It’s also a reminder that Martin’s world is a whole lot larger than the events of the book series proper, and that we may be putting too much weight on our desire to see it brought to conclusion. Yes, we’ve all been waiting seven years for book six, let alone the concluding seventh volume.Certainly, we want to know what happens. But does the ending define this particular saga? Does it matter at all who sits the Iron Throne, or whether a Stark rules in Winterfell?

Tolkien’s The Lord of the Rings ended with a definitive, world-changing battle, one that drew a clear line between what came before and what would come after for the world, but it’s impossible to imagine a similarly conclusive ending for Westeros and Essos. Martin’s world, not unlike our own, just doesn’t seem to work that way: there’s no grand villain to defeat in order that virtue may reign—the so-called heroes of the series may have better hearts, but each has been tainted by violence and compromise. It’s a world that seems to defy conclusions (certainly the Targaryens thought that their reign was an end to history), but admits only of cycles of war interspersed with intervals of peace. Like seasons.

It’s impossible to know what Martin has in mind for the end of his series, though it’s fun to guess (even if you’ve seen some of it already played out on television). The books take some of their inspiration from the real-life Wars of the Roses, so that conflict might offer clues. The winners there (spoilers for English history), the Tudors, lasted for just over a century before handing power over to the Scottish House of Stuart. A hundred years (and change) isn’t a bad run by any means, and those years were consequential for England, Ireland, and much of the rest of the world, but it’s a mere breathe in the grand scope of human history. The point being: Martin may ultimately craft a brilliant, revelatory ending, but the history of Westeros isn’t much less complex than our own, and we’re seeing more of it all the time—and it’s not hard to imagine more beyond that.

With Fire & Blood, we’re finally getting a full accounting of the deeds of the Targaryen dynasty, all of which has only been alluded to before. And it’s every bit as cool as what we’re reading about in the present-day of the series proper. Martin’s earlier prequel better makes the point, though: A Knight of the Seven Kingdoms collects Martin’s three novellas of Dunk and Egg, Dunk being future Lord Commander of the Kingsguard Ser Duncan the Tall, and Egg being future king Aegon V of House Targaryen. The characters have a tangential impact on the events of A Song of Ice and Fire, but their stories make for good reads even without the connection. Martin’s world-class worldbuilding means that there are stories even in the nooks and crannies of Westeros. Who needs an ending when there are so many other tales to be told?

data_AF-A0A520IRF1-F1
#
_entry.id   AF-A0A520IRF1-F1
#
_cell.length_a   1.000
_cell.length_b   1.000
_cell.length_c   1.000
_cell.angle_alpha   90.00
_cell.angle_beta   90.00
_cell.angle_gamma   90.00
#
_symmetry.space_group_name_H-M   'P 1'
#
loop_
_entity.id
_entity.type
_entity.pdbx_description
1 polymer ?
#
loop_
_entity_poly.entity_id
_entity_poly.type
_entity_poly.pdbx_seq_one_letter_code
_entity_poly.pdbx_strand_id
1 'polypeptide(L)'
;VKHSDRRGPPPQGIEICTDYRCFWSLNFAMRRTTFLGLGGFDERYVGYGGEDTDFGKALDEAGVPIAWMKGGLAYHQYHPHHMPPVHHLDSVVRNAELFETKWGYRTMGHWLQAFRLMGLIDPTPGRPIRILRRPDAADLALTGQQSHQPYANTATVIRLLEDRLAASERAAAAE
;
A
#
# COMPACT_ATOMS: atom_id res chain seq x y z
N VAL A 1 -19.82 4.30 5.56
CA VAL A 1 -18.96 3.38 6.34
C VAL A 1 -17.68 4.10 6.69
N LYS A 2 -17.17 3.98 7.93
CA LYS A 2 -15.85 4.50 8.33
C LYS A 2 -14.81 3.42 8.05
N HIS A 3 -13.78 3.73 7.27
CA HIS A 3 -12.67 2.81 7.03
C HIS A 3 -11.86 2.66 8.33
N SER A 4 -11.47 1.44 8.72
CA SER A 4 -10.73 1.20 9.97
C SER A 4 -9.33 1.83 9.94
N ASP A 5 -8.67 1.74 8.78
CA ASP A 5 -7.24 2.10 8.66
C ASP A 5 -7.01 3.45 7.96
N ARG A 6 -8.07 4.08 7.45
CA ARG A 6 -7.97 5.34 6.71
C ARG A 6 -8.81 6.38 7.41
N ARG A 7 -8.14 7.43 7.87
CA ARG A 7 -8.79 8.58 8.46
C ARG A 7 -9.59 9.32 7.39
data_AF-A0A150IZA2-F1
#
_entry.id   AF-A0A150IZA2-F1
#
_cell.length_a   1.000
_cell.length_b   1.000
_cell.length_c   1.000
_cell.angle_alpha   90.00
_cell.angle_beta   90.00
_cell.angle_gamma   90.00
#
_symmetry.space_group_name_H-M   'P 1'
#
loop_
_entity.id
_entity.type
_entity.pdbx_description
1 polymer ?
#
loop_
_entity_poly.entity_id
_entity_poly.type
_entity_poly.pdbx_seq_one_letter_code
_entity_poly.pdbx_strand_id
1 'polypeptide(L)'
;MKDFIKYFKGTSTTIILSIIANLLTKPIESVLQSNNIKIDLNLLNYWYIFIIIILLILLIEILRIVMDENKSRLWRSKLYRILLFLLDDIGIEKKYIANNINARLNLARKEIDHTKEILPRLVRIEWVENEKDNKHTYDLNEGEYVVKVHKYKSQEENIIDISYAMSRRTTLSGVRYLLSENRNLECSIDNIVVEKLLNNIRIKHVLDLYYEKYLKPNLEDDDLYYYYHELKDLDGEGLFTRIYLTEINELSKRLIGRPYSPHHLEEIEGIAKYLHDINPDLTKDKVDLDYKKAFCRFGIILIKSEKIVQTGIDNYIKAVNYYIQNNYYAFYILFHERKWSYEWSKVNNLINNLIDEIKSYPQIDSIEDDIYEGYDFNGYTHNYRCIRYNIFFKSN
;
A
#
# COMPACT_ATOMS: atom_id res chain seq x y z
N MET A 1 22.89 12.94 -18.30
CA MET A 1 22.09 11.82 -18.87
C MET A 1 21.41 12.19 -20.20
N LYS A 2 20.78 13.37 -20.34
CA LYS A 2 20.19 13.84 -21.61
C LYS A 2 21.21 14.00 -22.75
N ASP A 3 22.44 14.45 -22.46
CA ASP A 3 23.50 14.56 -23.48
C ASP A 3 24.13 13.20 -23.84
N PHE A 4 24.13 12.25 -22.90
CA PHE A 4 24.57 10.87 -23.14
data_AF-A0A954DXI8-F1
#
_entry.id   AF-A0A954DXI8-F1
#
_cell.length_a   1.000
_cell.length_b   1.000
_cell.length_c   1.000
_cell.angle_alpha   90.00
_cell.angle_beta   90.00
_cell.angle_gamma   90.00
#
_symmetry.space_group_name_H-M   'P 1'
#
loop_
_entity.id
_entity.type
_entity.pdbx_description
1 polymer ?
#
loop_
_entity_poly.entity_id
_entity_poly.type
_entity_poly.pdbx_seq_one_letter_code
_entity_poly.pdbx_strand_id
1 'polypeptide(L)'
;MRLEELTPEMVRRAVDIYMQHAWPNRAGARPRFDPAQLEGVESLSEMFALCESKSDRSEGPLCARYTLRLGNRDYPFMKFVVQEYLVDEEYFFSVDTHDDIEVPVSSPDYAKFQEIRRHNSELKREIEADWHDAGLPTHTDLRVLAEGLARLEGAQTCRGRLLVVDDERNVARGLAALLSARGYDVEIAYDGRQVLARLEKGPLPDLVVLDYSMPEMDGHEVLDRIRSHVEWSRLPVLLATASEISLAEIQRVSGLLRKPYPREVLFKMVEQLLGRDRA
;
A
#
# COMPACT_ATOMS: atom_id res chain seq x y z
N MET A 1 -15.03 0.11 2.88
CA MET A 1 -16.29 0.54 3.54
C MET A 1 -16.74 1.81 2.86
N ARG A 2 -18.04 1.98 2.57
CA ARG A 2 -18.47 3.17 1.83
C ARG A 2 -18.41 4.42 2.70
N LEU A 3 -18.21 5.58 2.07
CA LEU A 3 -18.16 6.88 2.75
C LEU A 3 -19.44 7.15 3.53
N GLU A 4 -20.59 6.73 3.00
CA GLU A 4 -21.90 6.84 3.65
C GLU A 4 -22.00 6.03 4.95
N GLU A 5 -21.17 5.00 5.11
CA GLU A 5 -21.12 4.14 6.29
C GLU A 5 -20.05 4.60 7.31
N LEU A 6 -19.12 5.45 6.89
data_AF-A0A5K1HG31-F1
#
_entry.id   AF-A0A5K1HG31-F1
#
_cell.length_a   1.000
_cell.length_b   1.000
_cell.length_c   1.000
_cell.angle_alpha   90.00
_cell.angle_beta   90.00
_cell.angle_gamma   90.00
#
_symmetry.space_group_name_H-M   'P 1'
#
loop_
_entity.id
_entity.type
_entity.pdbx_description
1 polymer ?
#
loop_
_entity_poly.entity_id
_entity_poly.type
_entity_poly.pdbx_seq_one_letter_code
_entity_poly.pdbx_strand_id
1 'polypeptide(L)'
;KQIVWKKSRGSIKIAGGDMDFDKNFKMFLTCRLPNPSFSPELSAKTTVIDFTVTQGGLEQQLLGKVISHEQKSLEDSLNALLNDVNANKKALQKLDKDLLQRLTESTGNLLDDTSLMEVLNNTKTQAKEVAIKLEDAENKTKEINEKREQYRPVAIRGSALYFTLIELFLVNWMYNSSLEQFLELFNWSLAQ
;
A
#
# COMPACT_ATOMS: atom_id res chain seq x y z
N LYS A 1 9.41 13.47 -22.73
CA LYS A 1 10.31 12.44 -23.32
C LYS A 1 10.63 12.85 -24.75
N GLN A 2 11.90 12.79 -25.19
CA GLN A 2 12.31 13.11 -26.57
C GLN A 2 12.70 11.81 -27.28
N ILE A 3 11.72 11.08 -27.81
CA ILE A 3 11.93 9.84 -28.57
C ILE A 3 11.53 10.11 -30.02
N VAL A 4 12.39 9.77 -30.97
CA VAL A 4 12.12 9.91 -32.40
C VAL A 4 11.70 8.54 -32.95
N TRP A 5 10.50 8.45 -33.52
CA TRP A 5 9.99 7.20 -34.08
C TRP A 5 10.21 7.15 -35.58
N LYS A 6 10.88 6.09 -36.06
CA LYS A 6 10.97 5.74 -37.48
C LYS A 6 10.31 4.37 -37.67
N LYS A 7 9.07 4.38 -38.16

This is all complicated by the existence of the Game of Thrones TV series. Though a relatively straight adaption of the novels initially, the show has increasingly become something of a parallel universe following the bassline of Martin’s novels, but increasingly charting its own course. We’ll be getting an ending there, though only Marin knows how it will track with whatever climactic conclusion he has in mind. And even then, the ending isn’t the end: come summer 2019, HBO will immediately pivot to a still-mysterious prequel series, another grand tale of Westeros.

Martin has also brought epic fantasy to the forefront of pop culture like never before. Much of fantasy over the past decades has been chasing Tolkien, but the popularity of Martin’s series has created a market for new types of fantasy, rife with ambiguity. It has helped pave the way or boost the popularity of fantasy authors present and future, who all seem to be in conversation with Martin in one way or another: the squabbling gods of N.K. Jemisin’s Inheritance trilogy, the bird’s eye epic of Ken Liu’s Dandelion Dynasty, the dense politics of Elizabeth Bear’s Eternal Sky, the myth-making of Patrick Rothfuss’ Kingkiller Chronicle (similarly plagued by demands for a conclusion); these are just a few examples of the variety of fantasy worlds that have flourished in recent years. Those books don’t owe their existences to A Game of Thrones, of course, but just as the Lord of the Rings films reminded the mainstream that Elves and Orcs are cool, drawing them back to bookstores for more, so too has the popularity of Martin (on the page and onscreen) encouraged readers to look around for more worlds to explore.